White Sox

Cardinals not the only Bears hurdle in Arizona


Cardinals not the only Bears hurdle in Arizona

To their credit, members of the Bears defense have pretty well stayed the loyal course this season as their offense has effectively turned a playoff gimme into NFL survival-reality TV in which the Bears no longer control their own post-season destiny.
But the frustration issue is there and can still fester and split the Bears without a turnaround.
I think thats a question you have to ask me at the end of the year, said linebacker Lance Briggs. We win these next two games, and we get into the playoffs, and make a run That question is hard to answer right now.
The fact that it is, is an answer in itself.
We just focus on what weve got to do, said defensive tackle Henry Melton, likely out of Sundays game with a chest injury that has him listed as doubtful. When were out there, we dont really focus on what the offense is doing. Its always great when you hear the crowd go crazy and they put up points, but we play versus the other teams defense. Were trying to outplay them. Thats what we go into the game trying to do.
Low-impact offense
The Chicago offense will have its problems with a very good Arizona defense. Indeed, this may be a game decided by whichever defense outscores the other.
The Arizona Cardinals do not do anything especially well when they have possession of the football one of the few offenses worse than the Bears at this point of the 2012 season.
They dont run well (32nd, 80 yards per game). They dont pass well (30th, 184.2 ypg.). Best of all for the Bears purposes: They dont score (16 ppg., 30th).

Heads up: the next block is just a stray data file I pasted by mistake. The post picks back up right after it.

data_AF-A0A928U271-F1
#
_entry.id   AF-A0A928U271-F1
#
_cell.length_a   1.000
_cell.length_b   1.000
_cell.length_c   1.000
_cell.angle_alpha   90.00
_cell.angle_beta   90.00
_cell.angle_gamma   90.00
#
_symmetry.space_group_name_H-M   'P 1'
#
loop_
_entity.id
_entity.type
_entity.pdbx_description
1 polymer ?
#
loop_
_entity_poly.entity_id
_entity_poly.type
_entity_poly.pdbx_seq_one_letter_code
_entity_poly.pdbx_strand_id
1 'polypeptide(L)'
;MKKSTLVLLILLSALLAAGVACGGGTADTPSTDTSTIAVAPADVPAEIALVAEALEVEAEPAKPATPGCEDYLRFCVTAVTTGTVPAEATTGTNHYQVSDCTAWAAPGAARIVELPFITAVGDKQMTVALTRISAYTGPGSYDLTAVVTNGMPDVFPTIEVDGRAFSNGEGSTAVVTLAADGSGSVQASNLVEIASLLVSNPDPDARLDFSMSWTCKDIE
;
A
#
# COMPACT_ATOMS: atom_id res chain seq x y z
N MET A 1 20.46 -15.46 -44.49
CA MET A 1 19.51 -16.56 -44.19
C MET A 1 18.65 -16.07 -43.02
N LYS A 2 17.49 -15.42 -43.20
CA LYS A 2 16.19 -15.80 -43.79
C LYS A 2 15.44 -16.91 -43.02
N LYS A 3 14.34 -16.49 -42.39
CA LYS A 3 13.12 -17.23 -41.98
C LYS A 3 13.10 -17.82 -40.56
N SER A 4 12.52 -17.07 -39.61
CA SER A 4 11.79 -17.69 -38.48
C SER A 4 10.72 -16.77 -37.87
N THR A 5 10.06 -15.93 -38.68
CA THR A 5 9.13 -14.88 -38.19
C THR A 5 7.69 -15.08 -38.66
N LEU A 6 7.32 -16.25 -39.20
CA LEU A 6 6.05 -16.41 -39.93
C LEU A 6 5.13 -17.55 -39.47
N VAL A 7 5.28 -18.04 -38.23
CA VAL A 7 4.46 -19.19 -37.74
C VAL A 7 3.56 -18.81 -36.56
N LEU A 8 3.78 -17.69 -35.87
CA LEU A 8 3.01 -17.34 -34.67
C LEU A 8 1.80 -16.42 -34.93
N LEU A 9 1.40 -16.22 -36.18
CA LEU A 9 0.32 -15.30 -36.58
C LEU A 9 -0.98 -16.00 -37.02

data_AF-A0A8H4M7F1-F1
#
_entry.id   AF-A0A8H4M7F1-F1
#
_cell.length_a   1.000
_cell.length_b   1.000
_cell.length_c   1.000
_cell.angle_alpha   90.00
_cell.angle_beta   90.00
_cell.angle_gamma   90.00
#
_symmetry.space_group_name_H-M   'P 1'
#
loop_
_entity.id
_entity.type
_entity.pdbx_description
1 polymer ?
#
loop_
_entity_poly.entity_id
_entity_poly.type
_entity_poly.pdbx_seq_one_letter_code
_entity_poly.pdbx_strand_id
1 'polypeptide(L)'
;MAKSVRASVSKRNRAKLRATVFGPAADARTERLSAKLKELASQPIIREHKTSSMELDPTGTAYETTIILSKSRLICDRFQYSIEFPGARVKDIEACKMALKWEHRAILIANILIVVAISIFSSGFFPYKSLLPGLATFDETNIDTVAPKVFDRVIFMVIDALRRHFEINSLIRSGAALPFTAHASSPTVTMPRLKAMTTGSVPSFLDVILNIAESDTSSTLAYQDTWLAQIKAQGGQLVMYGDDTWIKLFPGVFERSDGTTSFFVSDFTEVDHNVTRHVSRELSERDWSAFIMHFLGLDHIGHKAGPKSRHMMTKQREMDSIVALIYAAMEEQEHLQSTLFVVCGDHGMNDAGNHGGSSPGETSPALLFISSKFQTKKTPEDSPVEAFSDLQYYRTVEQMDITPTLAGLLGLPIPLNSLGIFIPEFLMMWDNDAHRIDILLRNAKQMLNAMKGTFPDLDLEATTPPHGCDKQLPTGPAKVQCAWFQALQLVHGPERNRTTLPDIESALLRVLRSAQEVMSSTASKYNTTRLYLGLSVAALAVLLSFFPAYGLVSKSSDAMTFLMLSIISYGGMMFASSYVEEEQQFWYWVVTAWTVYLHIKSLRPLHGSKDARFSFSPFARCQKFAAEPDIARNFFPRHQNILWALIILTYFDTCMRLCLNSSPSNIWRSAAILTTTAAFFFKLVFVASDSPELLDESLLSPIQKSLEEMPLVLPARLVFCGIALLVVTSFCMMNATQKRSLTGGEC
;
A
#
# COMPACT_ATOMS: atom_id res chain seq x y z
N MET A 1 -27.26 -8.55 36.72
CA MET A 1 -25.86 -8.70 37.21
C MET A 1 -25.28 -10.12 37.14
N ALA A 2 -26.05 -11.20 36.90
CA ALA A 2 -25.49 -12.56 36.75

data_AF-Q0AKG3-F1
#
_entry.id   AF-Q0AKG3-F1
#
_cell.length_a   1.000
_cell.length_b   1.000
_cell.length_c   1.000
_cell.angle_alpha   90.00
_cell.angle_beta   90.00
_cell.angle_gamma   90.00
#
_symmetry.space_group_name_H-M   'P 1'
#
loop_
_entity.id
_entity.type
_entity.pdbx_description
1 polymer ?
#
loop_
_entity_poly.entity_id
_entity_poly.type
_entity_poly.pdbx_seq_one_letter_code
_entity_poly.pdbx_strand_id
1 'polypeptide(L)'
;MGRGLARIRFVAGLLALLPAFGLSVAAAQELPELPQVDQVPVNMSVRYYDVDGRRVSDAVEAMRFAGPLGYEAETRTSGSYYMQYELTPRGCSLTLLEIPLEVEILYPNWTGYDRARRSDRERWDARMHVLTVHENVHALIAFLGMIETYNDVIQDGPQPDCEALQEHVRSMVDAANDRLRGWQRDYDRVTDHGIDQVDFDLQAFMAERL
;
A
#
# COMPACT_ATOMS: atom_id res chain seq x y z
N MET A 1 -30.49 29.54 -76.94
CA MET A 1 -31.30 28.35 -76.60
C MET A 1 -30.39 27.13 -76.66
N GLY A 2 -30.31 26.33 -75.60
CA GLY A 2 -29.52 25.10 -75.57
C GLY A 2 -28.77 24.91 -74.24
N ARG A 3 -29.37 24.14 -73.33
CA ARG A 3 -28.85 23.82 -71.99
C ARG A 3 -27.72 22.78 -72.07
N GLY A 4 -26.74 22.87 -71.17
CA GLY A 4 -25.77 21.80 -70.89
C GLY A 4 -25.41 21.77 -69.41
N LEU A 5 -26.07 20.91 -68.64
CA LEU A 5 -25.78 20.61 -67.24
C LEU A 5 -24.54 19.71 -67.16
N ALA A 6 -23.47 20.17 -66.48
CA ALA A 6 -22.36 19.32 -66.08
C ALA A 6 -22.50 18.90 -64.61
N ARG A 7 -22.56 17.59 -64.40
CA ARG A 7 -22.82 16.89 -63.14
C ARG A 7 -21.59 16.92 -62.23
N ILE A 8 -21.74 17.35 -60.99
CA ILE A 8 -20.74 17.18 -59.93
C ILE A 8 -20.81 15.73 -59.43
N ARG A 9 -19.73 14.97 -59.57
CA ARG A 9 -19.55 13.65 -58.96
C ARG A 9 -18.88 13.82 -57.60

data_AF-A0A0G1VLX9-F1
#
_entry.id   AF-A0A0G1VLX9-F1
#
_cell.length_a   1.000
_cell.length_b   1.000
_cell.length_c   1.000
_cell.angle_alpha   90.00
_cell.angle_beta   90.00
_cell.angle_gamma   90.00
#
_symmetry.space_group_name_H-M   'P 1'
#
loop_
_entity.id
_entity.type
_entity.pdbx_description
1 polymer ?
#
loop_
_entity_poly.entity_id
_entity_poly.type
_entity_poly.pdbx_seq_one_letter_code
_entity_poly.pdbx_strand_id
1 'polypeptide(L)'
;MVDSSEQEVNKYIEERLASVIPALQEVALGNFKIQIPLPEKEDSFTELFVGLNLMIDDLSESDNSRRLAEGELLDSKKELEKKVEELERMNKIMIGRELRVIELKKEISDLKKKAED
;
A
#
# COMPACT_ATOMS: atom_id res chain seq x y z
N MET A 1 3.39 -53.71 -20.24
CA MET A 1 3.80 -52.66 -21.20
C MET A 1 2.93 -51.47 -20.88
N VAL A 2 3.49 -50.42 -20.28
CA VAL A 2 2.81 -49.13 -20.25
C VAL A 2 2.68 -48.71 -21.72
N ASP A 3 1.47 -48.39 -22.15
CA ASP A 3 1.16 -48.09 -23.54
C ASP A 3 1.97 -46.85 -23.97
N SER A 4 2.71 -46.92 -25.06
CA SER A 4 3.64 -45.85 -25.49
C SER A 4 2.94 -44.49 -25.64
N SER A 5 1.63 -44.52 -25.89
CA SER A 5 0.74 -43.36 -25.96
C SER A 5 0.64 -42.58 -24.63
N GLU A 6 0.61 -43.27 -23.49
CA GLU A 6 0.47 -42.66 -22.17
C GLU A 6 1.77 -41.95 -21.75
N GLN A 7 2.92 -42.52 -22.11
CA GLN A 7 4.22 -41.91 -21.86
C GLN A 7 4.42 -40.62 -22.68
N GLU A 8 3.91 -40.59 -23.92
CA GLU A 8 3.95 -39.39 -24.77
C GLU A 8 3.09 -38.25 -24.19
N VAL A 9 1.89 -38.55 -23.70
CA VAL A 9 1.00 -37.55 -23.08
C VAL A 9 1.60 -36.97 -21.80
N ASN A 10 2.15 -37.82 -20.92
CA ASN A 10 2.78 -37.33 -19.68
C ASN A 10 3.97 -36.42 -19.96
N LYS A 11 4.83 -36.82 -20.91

The Bears have not lost to an offense ranked lower than 17th in scoring (Minnesota).
All of this has gone down with a coach (Ken Whisenhunt) from the offensive side of the football, the Pittsburgh offensive coordinator when the Steelers reached the AFC Championship (2004) and won a Super Bowl (2005) and who coached the Cardinals to the 2008 Super Bowl.
Whisenhunts Cardinals opened the 2012 season with four straight wins in which they scored no fewer than 20 points. Then came nine straight losses in which they scored 20 in none, bottoming out with a 7-6 loss to the New York Jets and 58-0 pasting by the Seattle Seahawks, both on the road.
Weve had our share of injuries, and have had to play different players, and I think thats contributed to where we are, Whisenhunt said. Certainly, continuity is a big part of it for us.
Troubled position
So are problems at quarterback, where Whisenhunt is on his third different starter (Kevin Kolb, John Skelton, Ryan Lindley) and now is faced with salvaging something from the season with Lindley, a sixth-round pick in this years draft.
Lindley has started four of the last five games and been woeful: 45.0 passer rating, sacked 10 times, thrown six interceptions and is yet to throw a touchdown pass. The best thing he may have going for him is that the Bears havent seen a lot of him.
We prepare for the quarterback position,said coach Lovie Smith. It hurts you if youre playing an option team or something like that, but when youre playing a prototype NFL quarterback, most of them are in the same area.
Arizona has failed to convert at least 30 percent of third downs in eight of its 14 games and are converting a league-worst 25.6 percent. The Cardinals are the only team worse than the Bears on first downs (4.2 yards).
The clear implication is that the Bears defense is being presented with a chance to get healthy, literally and figuratively. The Cardinals have lost time of possession in six of the last seven games, which bodes well for a defense that has overall played well but needs to have something in its tank to get past the Lions in Detroit next weekend.
We have to build on things weve done well, Briggs said. And defensively weve made some plays. Weve done some good things. We need to have more consistency in some of the things we wanted to do. But we know how were going to approach this game.

Ken Williams says White Sox have transitioned to a more aggressive role: 'We're looking at all possibilities now'


Ken Williams says White Sox have transitioned to a more aggressive role: 'We're looking at all possibilities now'